Posted on: Tuesday 31st of July 2012
The Government has announced its intention to give consumers the statutory right to obtain an electronic copy of data companies hold about them, so that they can use this data for their own purposes. This is a game changing move, dramatically extending the reach of the midata programme from its previous focus of energy, banking and telcos to, potentially, all major companies holding customer data.
Some companies are likely to react negatively, arguing that the new right would be a ‘burden on business’. But the Government is rightly linking the move closely to a growth agenda. Introducing the consultation Consumer Minister Norman Lamb comments, ‘The Government wants to unlock the huge potential that the midata programme has revealed and give the UK the chance to be at the forefront of this emerging market.”
“New models and applications are appearing all the time,” he continues. “If a truly useful dataset is made available, there is no shortage of innovators able to devise new uses for it or people eager to make use of new applications.”
Ctrl-Shift’s own research suggests that midata-enabled digital data sharing between individuals and organisations is a huge innovation opportunity – with a ‘win win win’ outcome for individuals, businesses and the economy. New personal information management services (PIMS) that help individuals manage and use their data to manage their lives better will become as ubiquitous and pervasive as electronic devices are today. These services could transform every aspect of organisations’ customer-facing activities including market research, marketing, sales and customer services.
Why is extending midata a good move? On a purely practical front, giving individuals a statutory right to obtain a copy of their data in electronic form creates a level playing field for all companies.
For individuals, it provides the chance to gain the same benefits from data use as companies – insights into their own behaviour, and to make better decisions and manage aspects of their life more efficiently and effectively. Research* shows there is strong consumer demand for the services new uses of personal data make possible.
For businesses, there is a chance to reinvent their relationship with customers. In Ctrl-Shift’s experience, the first time the idea of returning customer data back to customers is floated, many businesses throw their hands up in horror. “This data is ours!” they say. “We’ve spent a lot of time and money collecting it and the insights it generates are key to competitive edge.” But the more they think about it the more they see a windfall opportunity: to re-use the same data to build better, more trusting information sharing relationships with customers and to create new engaging and value-adding information services for them. Seeing data from a different perspective – as a tool in the hands of the customer – opens new opportunities which have the potential to outweigh the immediate costs.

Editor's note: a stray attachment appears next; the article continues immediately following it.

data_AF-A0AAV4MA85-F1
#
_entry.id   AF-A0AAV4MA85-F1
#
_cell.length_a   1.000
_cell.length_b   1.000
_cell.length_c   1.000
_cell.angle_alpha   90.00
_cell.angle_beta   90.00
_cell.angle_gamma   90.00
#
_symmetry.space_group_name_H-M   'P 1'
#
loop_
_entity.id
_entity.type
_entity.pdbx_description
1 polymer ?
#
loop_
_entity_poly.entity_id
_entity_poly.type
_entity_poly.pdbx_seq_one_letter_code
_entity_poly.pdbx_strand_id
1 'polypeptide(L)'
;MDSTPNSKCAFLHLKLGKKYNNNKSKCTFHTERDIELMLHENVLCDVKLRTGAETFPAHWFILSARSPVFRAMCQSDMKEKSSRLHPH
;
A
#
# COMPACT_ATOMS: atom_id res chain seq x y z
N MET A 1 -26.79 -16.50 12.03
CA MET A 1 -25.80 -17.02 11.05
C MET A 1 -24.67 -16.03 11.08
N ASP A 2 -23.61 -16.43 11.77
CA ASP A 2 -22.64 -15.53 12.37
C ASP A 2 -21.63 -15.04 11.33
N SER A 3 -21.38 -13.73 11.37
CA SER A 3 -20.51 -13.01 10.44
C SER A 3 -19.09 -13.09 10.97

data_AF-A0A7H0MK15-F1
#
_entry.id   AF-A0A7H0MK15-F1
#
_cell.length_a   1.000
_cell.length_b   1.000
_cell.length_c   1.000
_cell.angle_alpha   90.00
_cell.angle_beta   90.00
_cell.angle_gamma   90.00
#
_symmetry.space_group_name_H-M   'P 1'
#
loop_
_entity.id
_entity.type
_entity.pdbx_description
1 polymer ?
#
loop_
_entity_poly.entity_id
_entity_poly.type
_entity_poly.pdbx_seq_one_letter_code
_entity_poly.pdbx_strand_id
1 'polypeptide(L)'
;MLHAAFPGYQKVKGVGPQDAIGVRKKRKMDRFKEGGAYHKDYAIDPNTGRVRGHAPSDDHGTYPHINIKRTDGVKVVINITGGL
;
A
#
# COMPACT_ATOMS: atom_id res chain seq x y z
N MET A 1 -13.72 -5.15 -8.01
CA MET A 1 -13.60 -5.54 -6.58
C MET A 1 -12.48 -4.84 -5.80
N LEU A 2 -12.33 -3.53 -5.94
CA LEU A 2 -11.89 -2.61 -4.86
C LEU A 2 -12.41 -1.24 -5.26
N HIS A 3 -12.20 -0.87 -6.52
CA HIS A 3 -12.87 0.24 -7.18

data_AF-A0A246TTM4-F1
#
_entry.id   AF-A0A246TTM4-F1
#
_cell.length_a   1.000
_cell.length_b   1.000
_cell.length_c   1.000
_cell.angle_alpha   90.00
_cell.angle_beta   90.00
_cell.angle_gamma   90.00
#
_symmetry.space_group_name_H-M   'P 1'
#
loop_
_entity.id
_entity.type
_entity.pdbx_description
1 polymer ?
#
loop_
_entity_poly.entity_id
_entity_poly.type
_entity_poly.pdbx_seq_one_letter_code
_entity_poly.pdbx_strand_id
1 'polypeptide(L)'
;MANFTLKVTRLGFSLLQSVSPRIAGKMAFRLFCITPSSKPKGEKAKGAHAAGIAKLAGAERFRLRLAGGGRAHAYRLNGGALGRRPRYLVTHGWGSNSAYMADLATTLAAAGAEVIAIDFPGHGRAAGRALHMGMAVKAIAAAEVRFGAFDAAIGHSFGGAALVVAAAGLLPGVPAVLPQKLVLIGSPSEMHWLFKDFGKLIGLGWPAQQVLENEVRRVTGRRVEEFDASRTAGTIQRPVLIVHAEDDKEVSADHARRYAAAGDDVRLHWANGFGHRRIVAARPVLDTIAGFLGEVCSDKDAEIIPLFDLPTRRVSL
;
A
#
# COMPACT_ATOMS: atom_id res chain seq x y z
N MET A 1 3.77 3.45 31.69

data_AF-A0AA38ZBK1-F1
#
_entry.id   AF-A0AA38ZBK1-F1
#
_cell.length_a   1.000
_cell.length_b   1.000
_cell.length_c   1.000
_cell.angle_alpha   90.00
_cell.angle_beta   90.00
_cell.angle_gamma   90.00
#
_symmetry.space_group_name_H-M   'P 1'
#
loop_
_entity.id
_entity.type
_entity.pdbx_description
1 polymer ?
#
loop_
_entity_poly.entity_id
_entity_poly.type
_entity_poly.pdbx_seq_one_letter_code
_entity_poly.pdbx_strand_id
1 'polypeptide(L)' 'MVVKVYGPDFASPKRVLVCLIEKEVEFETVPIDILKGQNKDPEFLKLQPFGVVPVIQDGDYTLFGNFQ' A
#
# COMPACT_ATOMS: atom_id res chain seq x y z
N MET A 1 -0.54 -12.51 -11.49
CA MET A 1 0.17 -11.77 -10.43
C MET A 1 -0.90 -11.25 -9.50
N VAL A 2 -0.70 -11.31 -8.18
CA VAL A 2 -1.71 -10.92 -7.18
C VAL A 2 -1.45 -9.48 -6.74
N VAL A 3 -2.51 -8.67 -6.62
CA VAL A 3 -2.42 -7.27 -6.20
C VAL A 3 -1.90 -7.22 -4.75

For the economy, consumer empowering PIMS will create new jobs and taxes, helping competitive markets work better, and unleashing the potential of personal data as an economic asset by encouraging the participation of consumers as producers of information as well as consumers of products and services.
This focus on personal data as an asset isn’t just happening in this country. As Norman Lamb notes, ‘Throughout the world a shift is already occurring towards a different approach to personal data, which recognises the value of data to the consumer as well as to business.” There is the US ‘Smart Disclosure’ programme, the revised EU DPA with its Clause 18 concerning giving customers the right to their customer data, and the work currently being undertaken by WEF with their ‘Re-thinking personal data: strengthening trust’ report and international working groups.
This presentation midata-state-of-the-nation reports on progress of the midata programme and next steps.
We’ve also written a short briefing paper ‘The Economic Case for Consumer Empowerment’. If you would like a copy please get in touch.
* Research conducted for midata suggests that while most consumers are not immediately attracted to the idea of managing their own personal data, there is strong demand for the services new uses of personal data make possible.